What about extra rooms for other circumstances such as disabled children, couples that cannot share a room or where extra space is needed for medical equipment?

The change only applies where the person making the Housing Benefit claim, or their partner, needs overnight care. However, the Court of Appeal judgment on 15 May 2012 unanimously held that in the cases of Burnip, Trengove and Gorry the Local Housing Allowance (LHA) size criteria discriminated unlawfully against the three appellants on grounds of disability, by not including provision to meet their need for an additional room.

This means that from the date of the Court of Appeal judgment on 15 May 2012, local authorities (LAs) should allow an extra bedroom for children who are unable to share because of their severe disabilities. When a claimant says that their children are unable to share a bedroom, it will be for the council to satisfy themselves that this is the case. Matters which could influnece this decision include for example medical evidence, the children may be in receipt of Disability Living Allowance (DLA) for their medical condition. In addition the council must consider not only the nature and severity of the disability, but also the nature and frequency of care required during the night, and the extent and regularity of the disturbance to the sleep of the child who would normally be required to share the bedroom. In all cases this will come down to a matter of judgement on the facts of each individual case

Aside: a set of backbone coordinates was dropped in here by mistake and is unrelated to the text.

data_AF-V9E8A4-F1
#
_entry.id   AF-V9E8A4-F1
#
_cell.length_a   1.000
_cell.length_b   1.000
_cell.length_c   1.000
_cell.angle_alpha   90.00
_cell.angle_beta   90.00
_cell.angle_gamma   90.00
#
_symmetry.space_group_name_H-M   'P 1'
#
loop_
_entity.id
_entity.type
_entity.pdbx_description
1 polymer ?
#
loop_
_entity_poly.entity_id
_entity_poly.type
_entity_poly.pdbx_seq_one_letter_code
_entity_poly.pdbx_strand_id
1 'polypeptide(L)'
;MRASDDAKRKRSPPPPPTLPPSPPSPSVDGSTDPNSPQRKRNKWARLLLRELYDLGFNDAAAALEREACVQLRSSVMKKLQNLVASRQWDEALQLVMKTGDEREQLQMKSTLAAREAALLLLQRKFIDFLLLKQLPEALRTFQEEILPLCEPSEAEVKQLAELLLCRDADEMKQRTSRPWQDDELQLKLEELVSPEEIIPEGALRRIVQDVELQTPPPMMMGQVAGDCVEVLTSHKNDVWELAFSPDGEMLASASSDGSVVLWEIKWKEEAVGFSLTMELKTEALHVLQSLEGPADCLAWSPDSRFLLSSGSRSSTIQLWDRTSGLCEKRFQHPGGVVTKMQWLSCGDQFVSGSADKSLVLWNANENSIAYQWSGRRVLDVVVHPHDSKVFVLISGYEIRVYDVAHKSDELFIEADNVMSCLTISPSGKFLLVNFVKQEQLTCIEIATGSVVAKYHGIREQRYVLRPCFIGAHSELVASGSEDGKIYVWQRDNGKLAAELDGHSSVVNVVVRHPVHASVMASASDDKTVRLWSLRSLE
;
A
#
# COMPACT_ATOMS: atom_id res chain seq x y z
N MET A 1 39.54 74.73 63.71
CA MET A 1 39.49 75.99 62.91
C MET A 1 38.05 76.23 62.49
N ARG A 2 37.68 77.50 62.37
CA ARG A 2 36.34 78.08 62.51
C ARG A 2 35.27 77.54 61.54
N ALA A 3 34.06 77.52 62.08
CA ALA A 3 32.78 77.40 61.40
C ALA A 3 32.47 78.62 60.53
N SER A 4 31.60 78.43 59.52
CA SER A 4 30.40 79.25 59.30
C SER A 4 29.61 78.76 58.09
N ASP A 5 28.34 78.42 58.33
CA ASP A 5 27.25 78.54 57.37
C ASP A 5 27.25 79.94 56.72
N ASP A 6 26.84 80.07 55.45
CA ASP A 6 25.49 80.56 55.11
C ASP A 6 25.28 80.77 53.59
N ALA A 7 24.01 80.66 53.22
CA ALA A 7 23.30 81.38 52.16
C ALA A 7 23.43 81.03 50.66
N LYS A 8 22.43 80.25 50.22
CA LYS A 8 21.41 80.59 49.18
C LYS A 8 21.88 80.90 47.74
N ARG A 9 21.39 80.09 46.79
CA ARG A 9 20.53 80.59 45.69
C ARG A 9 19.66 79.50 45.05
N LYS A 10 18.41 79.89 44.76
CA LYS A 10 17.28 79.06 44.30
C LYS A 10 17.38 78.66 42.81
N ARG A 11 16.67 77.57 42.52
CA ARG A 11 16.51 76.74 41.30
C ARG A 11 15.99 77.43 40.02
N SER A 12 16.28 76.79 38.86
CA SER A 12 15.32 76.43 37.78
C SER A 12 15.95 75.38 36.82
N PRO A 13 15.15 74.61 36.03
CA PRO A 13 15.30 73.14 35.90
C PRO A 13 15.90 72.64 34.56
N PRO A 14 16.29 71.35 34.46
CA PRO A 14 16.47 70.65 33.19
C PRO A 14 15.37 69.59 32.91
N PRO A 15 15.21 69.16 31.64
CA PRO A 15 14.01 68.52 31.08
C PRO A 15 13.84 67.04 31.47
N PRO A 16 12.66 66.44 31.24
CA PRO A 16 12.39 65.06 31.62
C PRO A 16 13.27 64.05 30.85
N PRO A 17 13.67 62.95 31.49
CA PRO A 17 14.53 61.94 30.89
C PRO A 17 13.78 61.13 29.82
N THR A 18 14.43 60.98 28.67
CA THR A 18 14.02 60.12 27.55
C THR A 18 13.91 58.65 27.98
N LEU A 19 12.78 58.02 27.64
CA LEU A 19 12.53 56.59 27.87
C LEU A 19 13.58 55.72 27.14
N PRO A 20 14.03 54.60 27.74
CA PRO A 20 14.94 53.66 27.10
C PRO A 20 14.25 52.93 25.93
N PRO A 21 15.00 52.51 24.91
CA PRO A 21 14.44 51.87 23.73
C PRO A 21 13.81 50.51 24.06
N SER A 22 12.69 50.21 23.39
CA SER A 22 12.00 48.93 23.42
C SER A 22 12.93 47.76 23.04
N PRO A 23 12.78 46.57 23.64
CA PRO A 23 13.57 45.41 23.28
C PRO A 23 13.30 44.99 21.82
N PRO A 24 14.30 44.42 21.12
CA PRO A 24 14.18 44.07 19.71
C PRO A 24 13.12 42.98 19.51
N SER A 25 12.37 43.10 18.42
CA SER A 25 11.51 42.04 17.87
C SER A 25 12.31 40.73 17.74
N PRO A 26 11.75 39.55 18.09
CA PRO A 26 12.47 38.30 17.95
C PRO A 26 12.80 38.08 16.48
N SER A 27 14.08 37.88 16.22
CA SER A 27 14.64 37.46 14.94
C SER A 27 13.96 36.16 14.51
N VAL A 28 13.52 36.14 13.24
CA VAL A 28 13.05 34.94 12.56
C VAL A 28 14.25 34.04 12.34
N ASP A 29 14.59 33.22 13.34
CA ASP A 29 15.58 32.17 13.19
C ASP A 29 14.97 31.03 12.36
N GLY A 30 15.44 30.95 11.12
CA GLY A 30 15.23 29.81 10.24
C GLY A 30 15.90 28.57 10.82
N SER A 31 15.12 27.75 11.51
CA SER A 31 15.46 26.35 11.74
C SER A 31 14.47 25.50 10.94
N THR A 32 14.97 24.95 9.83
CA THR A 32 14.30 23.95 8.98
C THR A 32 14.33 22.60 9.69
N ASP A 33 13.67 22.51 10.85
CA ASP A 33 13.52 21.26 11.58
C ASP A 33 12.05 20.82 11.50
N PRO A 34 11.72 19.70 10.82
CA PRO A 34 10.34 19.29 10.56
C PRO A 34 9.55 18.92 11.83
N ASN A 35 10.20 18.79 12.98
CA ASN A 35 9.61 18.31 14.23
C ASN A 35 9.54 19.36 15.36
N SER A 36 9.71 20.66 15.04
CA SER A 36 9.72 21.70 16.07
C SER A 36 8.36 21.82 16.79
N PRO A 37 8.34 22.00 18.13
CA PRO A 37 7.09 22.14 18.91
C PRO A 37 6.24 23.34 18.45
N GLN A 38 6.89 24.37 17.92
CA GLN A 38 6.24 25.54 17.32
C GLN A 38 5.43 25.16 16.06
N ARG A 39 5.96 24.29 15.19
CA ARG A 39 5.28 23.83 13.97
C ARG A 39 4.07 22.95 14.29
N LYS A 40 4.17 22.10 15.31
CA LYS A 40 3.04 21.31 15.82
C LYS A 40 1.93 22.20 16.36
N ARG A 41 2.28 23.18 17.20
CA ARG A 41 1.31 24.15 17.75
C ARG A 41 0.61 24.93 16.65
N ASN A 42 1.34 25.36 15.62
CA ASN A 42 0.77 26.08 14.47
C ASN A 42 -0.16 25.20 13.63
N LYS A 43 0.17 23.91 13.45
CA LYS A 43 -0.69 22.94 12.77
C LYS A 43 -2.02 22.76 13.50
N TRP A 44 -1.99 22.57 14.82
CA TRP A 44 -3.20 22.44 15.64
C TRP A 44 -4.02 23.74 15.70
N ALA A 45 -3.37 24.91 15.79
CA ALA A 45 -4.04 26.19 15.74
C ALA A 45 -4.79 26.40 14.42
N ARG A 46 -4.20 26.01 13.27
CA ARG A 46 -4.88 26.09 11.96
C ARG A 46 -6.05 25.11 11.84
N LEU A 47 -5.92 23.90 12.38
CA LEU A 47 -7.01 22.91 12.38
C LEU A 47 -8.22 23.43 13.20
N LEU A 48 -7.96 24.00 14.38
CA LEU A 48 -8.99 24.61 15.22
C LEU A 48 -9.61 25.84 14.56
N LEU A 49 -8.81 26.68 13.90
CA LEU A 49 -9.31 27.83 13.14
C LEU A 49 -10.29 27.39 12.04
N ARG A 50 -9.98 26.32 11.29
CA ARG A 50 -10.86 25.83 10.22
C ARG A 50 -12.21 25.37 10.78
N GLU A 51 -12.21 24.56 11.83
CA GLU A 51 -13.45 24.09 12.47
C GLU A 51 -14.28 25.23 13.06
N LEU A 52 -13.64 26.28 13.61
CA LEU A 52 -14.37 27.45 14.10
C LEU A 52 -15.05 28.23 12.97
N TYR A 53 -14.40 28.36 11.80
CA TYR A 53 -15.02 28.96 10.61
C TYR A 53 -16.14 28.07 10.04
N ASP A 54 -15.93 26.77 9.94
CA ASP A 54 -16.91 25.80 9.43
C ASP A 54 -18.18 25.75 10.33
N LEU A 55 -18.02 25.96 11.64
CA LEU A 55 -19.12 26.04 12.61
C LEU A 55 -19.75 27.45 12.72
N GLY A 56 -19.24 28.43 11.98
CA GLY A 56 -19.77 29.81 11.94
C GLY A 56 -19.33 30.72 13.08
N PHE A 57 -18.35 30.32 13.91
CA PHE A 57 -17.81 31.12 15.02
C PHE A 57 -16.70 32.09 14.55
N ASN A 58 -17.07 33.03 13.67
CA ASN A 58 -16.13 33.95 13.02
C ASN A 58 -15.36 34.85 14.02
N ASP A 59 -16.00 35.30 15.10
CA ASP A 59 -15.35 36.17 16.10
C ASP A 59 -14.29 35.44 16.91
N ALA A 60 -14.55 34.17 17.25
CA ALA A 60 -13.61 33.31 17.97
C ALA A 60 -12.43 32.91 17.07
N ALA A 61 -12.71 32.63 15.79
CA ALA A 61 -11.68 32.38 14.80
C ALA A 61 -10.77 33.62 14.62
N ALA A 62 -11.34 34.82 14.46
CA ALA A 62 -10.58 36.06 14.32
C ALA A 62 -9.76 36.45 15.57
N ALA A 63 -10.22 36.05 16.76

Further information

For further information on Local Housing Allowance for Tenants and Landlords please visit the Local Housing Allowance website or download the leaflets from our Downloadable Documents section below.

If you have any further queries please contact the Benefit Section on: 01900 702650.

Downloadable Documents